Probability Moon by Nancy Kress
Probability MoonHumans had expanded out to colonies on planets in our Solar System when someone discovered the space tunnels. The tunnels make faster than light travel possible although no one knows how they work. They were left by another space faring race eons ago. A space tunnel just past Neptune allows people to travel all over the galaxy. In the travels, many different alien beings were found. Most of them have humanoid basics like us. One of them is completely different and has now declared war on humans. A space war with the Fallers is now ongoing.
One tunnel trip takes Terrans to a planet that is called the World. There, every being shares a consciousness, what Worlders term as “real”. The World is basically an agricultural planet with some industry. They follow a belief that uses flowers for all rituals. A special team of scientists is sent to World to learn more about them and for them to learn about the Terrans. All studies show the Worlders to be of the same basic species with some unknown quality in their brain that links them together. For punishment of a crime, Worlders are either killed or made “unreal”. An “unreal” person is rejected by all the other Worlders until the punishment term is up. The occasional criminal is disconnected from the shared “realness”. The Terrans visiting World have to prove they are “real” or they could be killed instead.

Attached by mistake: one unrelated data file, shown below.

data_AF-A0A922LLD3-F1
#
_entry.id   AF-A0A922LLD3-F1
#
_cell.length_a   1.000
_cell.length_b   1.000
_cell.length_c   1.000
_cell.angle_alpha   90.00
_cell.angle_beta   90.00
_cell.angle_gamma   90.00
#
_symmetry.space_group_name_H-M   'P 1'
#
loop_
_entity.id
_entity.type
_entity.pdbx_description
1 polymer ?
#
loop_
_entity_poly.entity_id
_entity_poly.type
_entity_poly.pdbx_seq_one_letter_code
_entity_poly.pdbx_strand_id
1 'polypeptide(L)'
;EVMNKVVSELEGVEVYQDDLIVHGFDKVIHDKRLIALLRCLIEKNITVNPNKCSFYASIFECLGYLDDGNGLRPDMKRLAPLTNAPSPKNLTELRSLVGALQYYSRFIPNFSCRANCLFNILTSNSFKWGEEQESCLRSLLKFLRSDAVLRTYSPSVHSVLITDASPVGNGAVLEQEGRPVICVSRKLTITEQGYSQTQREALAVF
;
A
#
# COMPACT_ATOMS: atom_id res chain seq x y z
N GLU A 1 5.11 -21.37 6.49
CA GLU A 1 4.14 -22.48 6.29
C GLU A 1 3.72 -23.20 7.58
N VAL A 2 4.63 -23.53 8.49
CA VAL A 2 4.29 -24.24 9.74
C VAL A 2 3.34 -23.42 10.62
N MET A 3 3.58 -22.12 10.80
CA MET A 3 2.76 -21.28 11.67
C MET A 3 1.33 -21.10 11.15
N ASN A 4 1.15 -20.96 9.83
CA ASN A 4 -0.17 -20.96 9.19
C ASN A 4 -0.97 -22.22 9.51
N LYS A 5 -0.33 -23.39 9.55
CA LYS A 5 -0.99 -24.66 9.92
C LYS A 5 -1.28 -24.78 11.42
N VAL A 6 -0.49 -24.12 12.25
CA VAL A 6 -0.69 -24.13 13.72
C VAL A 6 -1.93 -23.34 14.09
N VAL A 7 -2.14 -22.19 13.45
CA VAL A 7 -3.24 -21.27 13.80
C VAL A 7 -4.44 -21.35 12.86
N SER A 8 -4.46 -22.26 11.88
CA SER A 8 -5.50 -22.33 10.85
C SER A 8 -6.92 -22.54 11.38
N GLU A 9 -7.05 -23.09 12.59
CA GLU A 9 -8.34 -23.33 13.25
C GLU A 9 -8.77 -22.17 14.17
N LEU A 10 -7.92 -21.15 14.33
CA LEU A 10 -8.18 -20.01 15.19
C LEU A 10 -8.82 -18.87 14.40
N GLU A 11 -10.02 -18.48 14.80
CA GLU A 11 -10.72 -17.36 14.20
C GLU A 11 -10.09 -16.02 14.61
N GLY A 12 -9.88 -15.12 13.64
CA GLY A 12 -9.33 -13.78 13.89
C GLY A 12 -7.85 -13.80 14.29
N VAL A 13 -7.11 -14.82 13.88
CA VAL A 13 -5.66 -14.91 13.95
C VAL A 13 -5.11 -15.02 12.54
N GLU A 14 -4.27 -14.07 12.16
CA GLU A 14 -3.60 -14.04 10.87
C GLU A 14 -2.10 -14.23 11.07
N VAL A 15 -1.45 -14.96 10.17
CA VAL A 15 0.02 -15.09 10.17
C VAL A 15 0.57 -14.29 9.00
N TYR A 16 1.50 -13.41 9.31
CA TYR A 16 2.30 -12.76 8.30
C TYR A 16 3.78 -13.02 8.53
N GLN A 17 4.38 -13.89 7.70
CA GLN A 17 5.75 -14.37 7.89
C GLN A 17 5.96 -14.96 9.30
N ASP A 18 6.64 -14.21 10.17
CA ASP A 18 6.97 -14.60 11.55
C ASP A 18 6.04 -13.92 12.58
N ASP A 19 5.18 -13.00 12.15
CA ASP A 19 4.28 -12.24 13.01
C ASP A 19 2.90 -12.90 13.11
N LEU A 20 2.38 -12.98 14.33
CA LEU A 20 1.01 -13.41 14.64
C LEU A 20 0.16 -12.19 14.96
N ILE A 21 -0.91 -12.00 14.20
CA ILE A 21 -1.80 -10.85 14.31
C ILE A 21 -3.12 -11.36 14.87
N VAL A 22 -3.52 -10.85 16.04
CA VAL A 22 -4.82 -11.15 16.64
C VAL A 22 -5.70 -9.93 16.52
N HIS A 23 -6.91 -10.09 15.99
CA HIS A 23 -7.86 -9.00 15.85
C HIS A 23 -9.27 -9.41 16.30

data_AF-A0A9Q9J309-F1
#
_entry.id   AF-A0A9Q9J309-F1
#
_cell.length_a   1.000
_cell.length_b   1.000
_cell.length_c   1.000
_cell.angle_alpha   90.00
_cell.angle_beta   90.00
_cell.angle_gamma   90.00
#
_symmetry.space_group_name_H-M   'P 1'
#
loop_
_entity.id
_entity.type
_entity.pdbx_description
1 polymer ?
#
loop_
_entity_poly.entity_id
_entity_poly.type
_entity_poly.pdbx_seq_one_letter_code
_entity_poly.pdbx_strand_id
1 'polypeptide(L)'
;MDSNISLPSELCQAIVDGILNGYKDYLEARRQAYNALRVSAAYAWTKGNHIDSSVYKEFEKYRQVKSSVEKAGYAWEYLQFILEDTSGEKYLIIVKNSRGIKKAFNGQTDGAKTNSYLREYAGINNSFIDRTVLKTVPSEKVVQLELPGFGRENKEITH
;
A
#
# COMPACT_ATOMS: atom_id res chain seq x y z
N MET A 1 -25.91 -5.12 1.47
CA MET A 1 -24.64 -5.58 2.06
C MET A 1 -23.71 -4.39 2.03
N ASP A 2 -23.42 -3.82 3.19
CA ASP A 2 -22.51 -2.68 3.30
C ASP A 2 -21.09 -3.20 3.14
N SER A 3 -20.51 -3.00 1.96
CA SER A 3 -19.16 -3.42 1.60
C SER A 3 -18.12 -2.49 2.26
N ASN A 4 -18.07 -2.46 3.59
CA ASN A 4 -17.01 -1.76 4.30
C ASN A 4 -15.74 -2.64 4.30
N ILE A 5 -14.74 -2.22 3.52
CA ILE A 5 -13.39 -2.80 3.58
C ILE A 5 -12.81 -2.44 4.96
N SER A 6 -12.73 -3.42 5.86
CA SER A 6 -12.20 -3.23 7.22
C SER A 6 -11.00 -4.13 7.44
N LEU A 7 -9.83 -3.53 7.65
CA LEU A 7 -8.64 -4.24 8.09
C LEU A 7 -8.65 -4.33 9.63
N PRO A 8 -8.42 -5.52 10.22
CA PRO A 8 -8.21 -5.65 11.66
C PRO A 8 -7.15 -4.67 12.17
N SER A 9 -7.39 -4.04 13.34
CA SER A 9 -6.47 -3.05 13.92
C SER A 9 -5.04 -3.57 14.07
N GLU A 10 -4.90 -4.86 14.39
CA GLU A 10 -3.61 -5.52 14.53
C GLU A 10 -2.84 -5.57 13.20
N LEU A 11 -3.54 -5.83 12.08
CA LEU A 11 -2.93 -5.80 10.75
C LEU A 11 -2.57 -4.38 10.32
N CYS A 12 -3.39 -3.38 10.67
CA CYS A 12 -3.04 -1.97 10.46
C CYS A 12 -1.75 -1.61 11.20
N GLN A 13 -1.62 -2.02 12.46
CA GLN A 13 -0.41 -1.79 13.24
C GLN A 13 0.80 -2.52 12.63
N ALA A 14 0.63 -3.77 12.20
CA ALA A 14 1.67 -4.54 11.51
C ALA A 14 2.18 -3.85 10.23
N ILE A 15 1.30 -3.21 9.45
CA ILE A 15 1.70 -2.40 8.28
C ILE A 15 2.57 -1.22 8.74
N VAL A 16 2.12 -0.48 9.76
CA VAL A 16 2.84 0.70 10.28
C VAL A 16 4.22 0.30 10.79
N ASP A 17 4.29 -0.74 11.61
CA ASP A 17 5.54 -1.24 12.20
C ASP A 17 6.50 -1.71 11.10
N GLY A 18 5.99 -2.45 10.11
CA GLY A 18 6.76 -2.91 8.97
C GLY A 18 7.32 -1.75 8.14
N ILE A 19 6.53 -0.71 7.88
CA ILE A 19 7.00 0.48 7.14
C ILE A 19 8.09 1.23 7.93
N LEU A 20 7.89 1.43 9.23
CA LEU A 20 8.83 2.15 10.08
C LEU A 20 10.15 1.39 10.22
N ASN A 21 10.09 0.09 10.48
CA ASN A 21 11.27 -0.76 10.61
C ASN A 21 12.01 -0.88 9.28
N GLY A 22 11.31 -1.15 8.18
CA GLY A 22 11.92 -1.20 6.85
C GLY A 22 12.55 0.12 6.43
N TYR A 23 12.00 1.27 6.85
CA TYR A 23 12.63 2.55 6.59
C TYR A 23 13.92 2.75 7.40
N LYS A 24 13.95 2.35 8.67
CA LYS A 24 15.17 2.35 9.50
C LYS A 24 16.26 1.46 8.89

Although the anthropologists and scientists on the planet are not aware of it, the mission has a secret, military component as well. One of World’s moons isn’t a real moon. It’s a manufactured hollow sphere. The markings on it match the few that have been found in the space tunnels. Perhaps this machine can be used in the war against the Fallers. Humankind decide to examine it more closely, and perhaps take it back to their own space. It certainly can’t be allowed to go to the Fallers.
Probability Moon is a complex, multi-layered novel using known neurological and spatial science as well as adding a bit to give it the fiction portion. Nancy Kress examines numerous themes, including human and alien connections, war, neuroscience, controlling drugs, an unknown enemy, probability science, botany, and military science as well. She has wound the different themes into a complex novel is intriguing. The reader stays pulled in even when it gets dense (I tend to lose interest when the scientific explanations go on too long).
Enli is an “unreal” Worlder that is followed throughout the book. It is fascinating trying to figure out exactly what is happening, determining what it means to be “real” or “unreal”, how a person can sin against the collection, and how her own story winds around from the past to the future. She becomes a servant to spy on the Terrans while they are on World making their stories. Ahmed Bazargan is the older anthropologist in charge of the landing party. He oversees the other three scientists during their time on World. David Allen is an idealistic young man who believes the Worlders’ neural connections can be used in humans to bring peace to all. He is positioned in a crib area with World and human babies. Syree Johnson is the scientist on the ship studying the manufactured moon and trying to capture it. She is ex-military which is why she was chosen for this trip.
As you can see, the personalities are varied. The situation becomes volatile and dangerous for the Terrans and the Worlders. The Fallers discover the system before the humans can secure the “moon” for themselves, which leads to another shooting battle.
Probability Moon is a good example of Kress’ powerful work.